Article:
In terms of the plan, announced this month, Chinese authorities intend to force rainfall and snow over 1.6 million sq km (620,000 sq miles), an area roughly three times the size of Spain.
According to media reports, the government will use new military weather-altering technology developed by the state-owned China Aerospace Science and Technology Corporation. The country plans to build tens of thousands of combustion chambers on Tibetan mountainsides. The chambers will burn a solid fuel, which will result in a spray of silver iodide billowing towards the sky.
“More than 500 burners have been deployed on alpine slopes in Tibet, Xinjiang and other areas for experimental use. The data we have collected show very promising results,” an unnamed researcher told the Morning Post. “Sometimes snow would start falling almost immediately after we ignited the chamber. It was like standing on the stage of a magic show,” he said.
The Tibetan plateau is vital to the water supply for much of China and a large area of Asia. Its glaciers and reservoirs feed the Yellow, Yangtze, Mekong, and other major rivers that flow through China, India, Nepal, and other countries.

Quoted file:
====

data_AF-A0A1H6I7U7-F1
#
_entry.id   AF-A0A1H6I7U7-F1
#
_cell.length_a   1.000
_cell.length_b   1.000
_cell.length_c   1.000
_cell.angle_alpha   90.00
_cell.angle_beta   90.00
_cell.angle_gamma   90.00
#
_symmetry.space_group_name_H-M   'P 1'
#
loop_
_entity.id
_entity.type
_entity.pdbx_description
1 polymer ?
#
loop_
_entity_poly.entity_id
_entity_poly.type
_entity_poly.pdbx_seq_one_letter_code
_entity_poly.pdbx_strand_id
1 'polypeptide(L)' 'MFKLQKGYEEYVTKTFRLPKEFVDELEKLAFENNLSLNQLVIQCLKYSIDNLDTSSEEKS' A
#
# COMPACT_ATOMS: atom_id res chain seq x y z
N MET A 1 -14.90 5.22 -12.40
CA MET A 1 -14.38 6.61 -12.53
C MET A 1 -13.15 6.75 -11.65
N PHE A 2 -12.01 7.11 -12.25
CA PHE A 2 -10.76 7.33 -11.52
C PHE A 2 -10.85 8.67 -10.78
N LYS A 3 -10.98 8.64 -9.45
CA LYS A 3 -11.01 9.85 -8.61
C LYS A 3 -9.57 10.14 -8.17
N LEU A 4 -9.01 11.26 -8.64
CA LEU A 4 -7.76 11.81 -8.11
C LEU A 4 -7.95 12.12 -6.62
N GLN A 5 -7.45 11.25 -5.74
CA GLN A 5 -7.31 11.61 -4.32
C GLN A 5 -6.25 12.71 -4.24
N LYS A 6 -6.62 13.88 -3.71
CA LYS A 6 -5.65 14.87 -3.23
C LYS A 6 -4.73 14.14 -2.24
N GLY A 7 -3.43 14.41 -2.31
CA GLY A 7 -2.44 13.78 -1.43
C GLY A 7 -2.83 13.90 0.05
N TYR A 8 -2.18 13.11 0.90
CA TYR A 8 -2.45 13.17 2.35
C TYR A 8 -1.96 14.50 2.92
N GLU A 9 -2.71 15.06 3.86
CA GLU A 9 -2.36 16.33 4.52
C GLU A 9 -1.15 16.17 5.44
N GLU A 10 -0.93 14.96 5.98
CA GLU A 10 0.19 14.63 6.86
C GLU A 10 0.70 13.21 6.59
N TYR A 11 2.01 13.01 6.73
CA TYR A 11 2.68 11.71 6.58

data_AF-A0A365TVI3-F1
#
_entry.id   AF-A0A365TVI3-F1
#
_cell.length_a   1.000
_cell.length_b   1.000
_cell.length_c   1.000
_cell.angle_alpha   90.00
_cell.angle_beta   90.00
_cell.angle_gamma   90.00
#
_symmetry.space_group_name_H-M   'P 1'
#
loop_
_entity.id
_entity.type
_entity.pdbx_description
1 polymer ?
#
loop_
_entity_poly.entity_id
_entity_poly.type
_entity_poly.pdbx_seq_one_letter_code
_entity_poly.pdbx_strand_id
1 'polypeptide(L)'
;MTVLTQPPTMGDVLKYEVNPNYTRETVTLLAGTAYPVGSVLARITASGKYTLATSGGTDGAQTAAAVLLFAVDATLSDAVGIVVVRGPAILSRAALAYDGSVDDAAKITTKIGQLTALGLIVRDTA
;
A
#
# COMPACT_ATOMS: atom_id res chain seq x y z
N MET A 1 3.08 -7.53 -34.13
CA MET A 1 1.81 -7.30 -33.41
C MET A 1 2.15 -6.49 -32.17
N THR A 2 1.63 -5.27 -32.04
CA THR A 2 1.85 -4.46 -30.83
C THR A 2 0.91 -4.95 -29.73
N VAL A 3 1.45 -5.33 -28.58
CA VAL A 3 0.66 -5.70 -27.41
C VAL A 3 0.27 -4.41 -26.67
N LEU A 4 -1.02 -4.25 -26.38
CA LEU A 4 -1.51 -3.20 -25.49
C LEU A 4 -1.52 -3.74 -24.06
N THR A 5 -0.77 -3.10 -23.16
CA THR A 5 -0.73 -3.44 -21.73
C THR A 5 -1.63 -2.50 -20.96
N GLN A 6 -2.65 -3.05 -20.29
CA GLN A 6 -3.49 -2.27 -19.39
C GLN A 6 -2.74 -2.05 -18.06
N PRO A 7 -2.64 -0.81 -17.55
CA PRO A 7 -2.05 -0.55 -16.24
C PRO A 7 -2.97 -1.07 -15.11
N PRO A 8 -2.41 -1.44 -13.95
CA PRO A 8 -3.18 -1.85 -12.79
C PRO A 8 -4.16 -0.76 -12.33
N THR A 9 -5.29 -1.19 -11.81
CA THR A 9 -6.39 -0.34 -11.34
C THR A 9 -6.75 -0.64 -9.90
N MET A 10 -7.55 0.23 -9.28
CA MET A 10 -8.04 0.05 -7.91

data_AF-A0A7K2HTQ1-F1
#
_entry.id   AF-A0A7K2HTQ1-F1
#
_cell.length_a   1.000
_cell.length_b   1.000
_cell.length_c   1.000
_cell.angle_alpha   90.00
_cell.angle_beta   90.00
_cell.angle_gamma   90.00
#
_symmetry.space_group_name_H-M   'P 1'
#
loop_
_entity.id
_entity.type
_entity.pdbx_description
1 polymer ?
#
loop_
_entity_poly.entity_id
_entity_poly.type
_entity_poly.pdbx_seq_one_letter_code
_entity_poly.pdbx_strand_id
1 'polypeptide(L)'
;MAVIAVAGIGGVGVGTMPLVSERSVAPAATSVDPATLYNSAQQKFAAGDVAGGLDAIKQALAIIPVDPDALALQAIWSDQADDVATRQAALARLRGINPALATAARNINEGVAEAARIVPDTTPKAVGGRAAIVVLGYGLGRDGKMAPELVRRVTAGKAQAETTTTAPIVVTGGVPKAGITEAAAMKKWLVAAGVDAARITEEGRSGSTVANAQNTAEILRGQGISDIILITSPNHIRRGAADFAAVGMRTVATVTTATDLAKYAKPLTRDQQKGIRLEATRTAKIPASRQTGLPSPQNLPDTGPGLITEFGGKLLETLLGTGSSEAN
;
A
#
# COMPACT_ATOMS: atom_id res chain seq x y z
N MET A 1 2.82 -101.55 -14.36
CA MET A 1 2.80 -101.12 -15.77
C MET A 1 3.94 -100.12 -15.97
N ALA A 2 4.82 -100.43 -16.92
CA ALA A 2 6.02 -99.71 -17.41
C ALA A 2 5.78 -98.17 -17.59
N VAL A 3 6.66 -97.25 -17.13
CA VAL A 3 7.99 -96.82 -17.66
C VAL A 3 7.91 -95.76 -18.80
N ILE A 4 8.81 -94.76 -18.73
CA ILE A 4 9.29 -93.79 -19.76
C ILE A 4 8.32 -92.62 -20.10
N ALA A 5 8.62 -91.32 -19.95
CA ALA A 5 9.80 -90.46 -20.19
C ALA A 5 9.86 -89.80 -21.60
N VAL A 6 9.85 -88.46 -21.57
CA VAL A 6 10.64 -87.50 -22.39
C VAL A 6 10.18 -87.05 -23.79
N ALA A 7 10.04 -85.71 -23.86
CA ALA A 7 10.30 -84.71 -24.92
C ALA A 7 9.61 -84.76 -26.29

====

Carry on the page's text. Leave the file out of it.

Sprayed from planes, the particles will provide something for passing water vapor to condense around, forming clouds. Those clouds will bring the rain. A single cloud-seeding chamber could create a strip of clouds covering a 5km area.
Traditionally, the rainmaking process or “cloud-seeding” means rocket-launching chemicals into clouds which accelerate the creation of ice crystals that eventually become rain. China also uses military aircraft for those purposes. Rainmaking is also a popular way to “clean up” air in China, where heavy smog is a big problem for many cities.
The practice of weather modification has become more frequent across the country in recent years, including for major public events. In 2008, China launched over 1,100 rockets containing silver iodide into Beijing’s skies before the Olympics opening ceremony to disperse clouds and keep the Olympics rain-free. Beijing has a “development plan” for weather modification until 2020.
© Rick Stevens / Reuters